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Nardini, Pietro, 1722-1793



  • Existence: April 12, 1722 - May 7, 1793


(b Livorno, 12 April 1722; d Florence, 7 May 1793). Italian violinist and composer. He displayed an early musical talent and received his first lessons in the town of his birth. In 1734 he was accepted as a pupil of Tartini in Padua and soon became his favourite student (according to Leoni and Burney). He then undertook an intensive programme of teaching and giving public and private concerts, for which he often went abroad for long periods. In 1760 he was in Vienna at the wedding festivities of the crown prince; from October 1762 until March 1765 he served at the court in Stuttgart under the direction of Jommelli, returning to his own country only for short visits; in 1765 he went to Brunswick, and in May 1766 he returned to Livorno. Two years later he was appointed solo violinist, and later music director, at the chapel of the court of the Grand Duke Leopold of Tuscany in Florence, where he remained until his death. The Florentine orchestra was made up of eminent musicians, including Campioni and Dôthel, who helped raise the musical and cultural level of the town: Nardini, for example, was a close friend of the poet Corilla Olimpica-Maddalena Morelli, and was himself a member of the Arcadia under the name of Terpandro Lacedemone. His one absence from Florence was during Tartini's final illness, when, according to Burney, he cared for the dying maestro with true filial affection and tenderness.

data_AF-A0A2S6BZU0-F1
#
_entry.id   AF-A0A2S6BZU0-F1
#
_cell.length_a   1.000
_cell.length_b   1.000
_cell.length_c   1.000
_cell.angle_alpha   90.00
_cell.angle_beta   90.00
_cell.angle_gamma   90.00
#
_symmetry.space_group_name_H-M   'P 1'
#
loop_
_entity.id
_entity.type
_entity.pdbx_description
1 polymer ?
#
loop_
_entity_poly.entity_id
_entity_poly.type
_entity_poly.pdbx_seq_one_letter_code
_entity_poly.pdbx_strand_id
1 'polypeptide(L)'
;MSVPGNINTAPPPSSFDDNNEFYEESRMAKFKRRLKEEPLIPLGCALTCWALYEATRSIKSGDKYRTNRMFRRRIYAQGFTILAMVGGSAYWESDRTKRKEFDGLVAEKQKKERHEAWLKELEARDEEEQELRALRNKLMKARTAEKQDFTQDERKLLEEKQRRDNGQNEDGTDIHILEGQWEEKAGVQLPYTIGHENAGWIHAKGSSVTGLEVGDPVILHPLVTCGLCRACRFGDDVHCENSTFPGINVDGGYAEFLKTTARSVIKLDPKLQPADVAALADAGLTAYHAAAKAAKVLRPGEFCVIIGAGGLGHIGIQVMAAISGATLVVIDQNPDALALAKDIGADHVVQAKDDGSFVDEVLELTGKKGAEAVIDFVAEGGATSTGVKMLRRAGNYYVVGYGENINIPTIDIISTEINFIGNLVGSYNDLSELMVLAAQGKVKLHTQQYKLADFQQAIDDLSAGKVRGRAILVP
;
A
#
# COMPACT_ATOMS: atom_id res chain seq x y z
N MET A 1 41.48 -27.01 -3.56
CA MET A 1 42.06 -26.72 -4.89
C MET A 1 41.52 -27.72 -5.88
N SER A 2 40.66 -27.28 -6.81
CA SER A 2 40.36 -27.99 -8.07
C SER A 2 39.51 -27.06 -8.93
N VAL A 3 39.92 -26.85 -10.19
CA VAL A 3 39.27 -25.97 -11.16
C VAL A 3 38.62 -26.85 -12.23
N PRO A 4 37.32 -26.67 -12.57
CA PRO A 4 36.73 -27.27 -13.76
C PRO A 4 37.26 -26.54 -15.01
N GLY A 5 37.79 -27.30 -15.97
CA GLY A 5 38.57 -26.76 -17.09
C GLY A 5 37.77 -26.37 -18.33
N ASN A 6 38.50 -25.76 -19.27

Nardini was famed not only for his orchestral playing but also for his solo performances, which he gave until the 1790s. He performed at the court of Ferdinand III of Bourbons in Naples, in Rome at the Gonzaga residence and in Pisa in the presence of Emperor Joseph II in 1784. His compositions reflect his abilities as a performer. He was noted for his perfect technique, excellent bow control and a superb sound. Leopold Mozart heard him play in 1763 and remarked: ‘The beauty, purity and evenness of his tone and his cantabile cannot be surpassed’. He was particularly famed for his performance of adagio movements, which were more suited to his lyrical rather than dramatic nature. According to Schubert, he managed to move even the most insensitive listeners by the deep emotions expressed so effortlessly and naturally. His compositions, accordingly, combine two traits typical of the Italian style in the 18th century: cantabile and passionate writing in slow movements and fluency in fast ones.

Source: Maria Teresa Dellaborra. ""Nardini, Pietro."" In Grove Music Online. Oxford Music Online, (accessed February 16, 2011).

Found in 1 Collection or Record:

Pietro Nardini, 1760-1790

 File — Box 2, Folder: 4
Scope and Contents From the Collection: The Classical Music Manuscript contains a wide array of score and parts, in both manuscript and printed form, from composers and music educators dating back to the Eighteenth Century. Along with recognizable names such as Domenico Scarlatti, there are many far lesser known composers from the time of Mozart and Beethoven that are represented here in this collection, with rare scores and pedagogical manuals. Not only are the items an interesting glimpse into virtually unknown works, they are a...
Dates: 1760-1790